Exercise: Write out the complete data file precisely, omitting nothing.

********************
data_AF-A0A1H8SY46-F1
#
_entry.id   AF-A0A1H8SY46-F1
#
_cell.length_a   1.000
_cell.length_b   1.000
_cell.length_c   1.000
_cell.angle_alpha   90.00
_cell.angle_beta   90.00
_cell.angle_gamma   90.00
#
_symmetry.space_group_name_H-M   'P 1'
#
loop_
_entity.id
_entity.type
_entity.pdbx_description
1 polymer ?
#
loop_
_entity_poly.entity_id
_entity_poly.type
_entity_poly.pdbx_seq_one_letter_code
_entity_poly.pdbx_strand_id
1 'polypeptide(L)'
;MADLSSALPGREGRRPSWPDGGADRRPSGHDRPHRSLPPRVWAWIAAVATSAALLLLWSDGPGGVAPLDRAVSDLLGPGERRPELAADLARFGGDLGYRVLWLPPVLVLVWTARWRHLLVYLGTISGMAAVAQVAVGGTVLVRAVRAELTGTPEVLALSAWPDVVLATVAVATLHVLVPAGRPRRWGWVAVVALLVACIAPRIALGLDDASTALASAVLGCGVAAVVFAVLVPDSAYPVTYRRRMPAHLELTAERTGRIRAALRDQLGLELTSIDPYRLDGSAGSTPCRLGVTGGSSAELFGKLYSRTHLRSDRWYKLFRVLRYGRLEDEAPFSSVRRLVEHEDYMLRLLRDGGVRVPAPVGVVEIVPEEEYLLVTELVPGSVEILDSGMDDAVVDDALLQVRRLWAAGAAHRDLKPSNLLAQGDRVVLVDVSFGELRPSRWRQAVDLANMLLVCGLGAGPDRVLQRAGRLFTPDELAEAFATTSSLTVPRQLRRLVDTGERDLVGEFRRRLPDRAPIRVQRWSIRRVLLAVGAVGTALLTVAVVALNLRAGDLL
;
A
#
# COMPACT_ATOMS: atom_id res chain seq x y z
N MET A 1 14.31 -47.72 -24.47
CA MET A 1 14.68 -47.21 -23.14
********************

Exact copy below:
data_AF-A0A1H8SY46-F1
#
_entry.id   AF-A0A1H8SY46-F1
#
_cell.length_a   1.000
_cell.length_b   1.000
_cell.length_c   1.000
_cell.angle_alpha   90.00
_cell.angle_beta   90.00
_cell.angle_gamma   90.00
#
_symmetry.space_group_name_H-M   'P 1'
#
loop_
_entity.id
_entity.type
_entity.pdbx_description
1 polymer ?
#
loop_
_entity_poly.entity_id
_entity_poly.type
_entity_poly.pdbx_seq_one_letter_code
_entity_poly.pdbx_strand_id
1 'polypeptide(L)'
;MADLSSALPGREGRRPSWPDGGADRRPSGHDRPHRSLPPRVWAWIAAVATSAALLLLWSDGPGGVAPLDRAVSDLLGPGERRPELAADLARFGGDLGYRVLWLPPVLVLVWTARWRHLLVYLGTISGMAAVAQVAVGGTVLVRAVRAELTGTPEVLALSAWPDVVLATVAVATLHVLVPAGRPRRWGWVAVVALLVACIAPRIALGLDDASTALASAVLGCGVAAVVFAVLVPDSAYPVTYRRRMPAHLELTAERTGRIRAALRDQLGLELTSIDPYRLDGSAGSTPCRLGVTGGSSAELFGKLYSRTHLRSDRWYKLFRVLRYGRLEDEAPFSSVRRLVEHEDYMLRLLRDGGVRVPAPVGVVEIVPEEEYLLVTELVPGSVEILDSGMDDAVVDDALLQVRRLWAAGAAHRDLKPSNLLAQGDRVVLVDVSFGELRPSRWRQAVDLANMLLVCGLGAGPDRVLQRAGRLFTPDELAEAFATTSSLTVPRQLRRLVDTGERDLVGEFRRRLPDRAPIRVQRWSIRRVLLAVGAVGTALLTVAVVALNLRAGDLL
;
A
#
# COMPACT_ATOMS: atom_id res chain seq x y z
N MET A 1 14.31 -47.72 -24.47
CA MET A 1 14.68 -47.21 -23.14